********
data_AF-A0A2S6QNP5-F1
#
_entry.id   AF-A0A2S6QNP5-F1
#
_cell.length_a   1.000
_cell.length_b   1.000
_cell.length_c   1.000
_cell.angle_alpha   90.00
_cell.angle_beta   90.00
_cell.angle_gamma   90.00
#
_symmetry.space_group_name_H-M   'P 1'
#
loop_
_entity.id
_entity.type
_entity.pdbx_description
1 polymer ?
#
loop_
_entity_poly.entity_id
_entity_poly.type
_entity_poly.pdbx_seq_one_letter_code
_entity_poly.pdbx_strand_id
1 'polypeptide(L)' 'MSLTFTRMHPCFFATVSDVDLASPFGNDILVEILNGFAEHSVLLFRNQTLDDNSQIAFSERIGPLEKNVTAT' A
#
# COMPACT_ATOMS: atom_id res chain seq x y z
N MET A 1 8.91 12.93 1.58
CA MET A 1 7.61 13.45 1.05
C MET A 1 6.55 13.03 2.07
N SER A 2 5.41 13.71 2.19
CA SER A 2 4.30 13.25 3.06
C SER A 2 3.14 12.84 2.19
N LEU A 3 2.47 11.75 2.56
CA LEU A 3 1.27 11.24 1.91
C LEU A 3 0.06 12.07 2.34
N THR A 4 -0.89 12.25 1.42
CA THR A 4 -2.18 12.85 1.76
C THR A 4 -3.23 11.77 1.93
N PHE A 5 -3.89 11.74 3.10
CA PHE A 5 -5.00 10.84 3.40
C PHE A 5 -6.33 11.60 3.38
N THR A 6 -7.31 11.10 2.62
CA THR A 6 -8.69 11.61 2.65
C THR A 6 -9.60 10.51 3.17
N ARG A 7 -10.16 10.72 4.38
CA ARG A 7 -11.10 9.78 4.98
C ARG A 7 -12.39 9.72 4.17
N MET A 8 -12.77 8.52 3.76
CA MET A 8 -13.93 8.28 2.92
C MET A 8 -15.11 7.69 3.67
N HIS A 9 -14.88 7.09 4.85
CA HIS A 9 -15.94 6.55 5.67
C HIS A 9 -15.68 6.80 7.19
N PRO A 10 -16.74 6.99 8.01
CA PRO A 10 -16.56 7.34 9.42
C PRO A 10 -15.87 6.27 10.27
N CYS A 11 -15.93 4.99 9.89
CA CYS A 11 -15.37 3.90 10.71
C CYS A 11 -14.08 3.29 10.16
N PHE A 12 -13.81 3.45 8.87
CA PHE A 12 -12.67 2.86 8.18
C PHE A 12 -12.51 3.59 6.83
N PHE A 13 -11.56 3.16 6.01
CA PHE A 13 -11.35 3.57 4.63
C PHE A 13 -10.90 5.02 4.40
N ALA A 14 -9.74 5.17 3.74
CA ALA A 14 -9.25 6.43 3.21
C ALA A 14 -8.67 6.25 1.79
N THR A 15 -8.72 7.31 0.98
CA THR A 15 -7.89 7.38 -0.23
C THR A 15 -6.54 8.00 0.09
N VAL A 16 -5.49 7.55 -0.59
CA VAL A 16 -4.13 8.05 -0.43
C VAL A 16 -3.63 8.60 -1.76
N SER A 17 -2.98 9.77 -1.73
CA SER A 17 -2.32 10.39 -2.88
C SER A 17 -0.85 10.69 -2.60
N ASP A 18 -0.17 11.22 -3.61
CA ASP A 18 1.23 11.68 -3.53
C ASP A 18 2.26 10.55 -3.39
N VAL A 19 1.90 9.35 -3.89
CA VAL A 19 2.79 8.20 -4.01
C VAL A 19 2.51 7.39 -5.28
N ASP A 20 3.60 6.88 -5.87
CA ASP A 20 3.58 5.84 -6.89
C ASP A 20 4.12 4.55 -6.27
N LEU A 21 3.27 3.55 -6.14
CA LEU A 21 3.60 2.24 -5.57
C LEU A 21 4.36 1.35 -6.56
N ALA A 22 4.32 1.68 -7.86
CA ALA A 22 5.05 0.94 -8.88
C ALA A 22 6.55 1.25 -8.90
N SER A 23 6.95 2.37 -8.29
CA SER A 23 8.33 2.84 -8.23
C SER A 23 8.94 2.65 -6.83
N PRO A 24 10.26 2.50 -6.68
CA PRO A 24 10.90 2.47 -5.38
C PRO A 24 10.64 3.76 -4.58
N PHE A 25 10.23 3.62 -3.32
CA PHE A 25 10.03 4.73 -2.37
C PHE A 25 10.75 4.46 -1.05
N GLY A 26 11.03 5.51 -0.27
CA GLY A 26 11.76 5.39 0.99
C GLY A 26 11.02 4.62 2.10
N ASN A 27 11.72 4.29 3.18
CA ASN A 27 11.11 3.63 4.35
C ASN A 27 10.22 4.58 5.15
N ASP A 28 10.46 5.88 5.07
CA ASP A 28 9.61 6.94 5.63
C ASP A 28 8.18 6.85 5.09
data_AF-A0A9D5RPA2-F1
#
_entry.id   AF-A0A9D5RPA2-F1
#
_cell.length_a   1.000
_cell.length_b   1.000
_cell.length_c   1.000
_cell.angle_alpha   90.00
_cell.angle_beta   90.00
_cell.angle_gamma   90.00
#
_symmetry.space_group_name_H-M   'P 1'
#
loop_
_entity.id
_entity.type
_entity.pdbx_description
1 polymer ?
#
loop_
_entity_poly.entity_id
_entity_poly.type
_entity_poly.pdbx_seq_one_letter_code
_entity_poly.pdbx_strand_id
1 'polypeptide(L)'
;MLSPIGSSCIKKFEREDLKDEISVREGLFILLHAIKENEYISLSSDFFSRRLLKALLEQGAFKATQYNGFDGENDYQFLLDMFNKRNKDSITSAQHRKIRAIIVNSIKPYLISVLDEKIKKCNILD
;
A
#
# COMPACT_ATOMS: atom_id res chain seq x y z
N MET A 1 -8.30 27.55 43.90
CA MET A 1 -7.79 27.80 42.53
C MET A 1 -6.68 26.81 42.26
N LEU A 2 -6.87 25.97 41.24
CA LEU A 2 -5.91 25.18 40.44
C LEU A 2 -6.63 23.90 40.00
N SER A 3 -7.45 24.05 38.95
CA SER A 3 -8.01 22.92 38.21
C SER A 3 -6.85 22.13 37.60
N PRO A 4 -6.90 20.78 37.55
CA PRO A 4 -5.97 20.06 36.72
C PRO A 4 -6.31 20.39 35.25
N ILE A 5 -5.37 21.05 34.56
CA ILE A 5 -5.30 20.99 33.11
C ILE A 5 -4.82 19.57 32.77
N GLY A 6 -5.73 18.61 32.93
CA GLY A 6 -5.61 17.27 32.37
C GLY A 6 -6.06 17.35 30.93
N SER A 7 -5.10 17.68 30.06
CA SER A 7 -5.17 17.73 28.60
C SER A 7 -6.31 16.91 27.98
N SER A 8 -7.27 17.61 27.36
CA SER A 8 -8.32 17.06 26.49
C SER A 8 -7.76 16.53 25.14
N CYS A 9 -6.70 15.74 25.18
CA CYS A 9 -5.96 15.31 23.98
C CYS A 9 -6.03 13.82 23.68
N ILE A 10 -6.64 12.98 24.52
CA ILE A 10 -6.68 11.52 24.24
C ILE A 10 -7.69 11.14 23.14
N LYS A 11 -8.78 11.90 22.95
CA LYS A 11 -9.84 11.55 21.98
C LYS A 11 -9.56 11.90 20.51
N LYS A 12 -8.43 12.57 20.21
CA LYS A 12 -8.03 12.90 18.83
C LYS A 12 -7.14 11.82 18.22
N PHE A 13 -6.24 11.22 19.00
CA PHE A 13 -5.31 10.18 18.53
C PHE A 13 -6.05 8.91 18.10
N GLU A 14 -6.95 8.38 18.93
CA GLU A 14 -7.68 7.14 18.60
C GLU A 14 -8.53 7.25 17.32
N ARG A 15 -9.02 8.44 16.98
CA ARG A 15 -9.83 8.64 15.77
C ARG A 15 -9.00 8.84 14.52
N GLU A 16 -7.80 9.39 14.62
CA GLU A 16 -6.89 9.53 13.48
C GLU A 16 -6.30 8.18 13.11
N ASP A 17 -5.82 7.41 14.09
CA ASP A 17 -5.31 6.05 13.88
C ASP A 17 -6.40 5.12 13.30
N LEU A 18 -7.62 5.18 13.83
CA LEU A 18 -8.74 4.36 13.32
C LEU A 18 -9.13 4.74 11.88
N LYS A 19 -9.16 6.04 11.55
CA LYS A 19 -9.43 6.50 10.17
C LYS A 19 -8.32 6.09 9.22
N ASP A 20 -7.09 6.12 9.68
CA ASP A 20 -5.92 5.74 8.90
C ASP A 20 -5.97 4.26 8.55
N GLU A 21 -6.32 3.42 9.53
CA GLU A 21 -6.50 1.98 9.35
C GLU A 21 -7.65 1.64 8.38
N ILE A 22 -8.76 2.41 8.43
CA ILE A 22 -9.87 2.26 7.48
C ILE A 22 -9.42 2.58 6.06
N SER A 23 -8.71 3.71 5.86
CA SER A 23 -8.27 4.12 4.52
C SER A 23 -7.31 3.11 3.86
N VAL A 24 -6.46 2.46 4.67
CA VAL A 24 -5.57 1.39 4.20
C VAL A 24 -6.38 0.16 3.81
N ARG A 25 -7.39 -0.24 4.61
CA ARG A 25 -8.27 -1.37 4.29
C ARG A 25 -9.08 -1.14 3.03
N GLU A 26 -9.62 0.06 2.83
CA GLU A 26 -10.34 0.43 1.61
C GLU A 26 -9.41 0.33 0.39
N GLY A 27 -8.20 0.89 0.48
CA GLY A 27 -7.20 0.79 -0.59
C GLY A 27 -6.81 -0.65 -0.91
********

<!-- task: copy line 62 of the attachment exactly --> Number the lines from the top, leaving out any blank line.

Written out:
CA PHE A 12 -12.67 2.86 8.18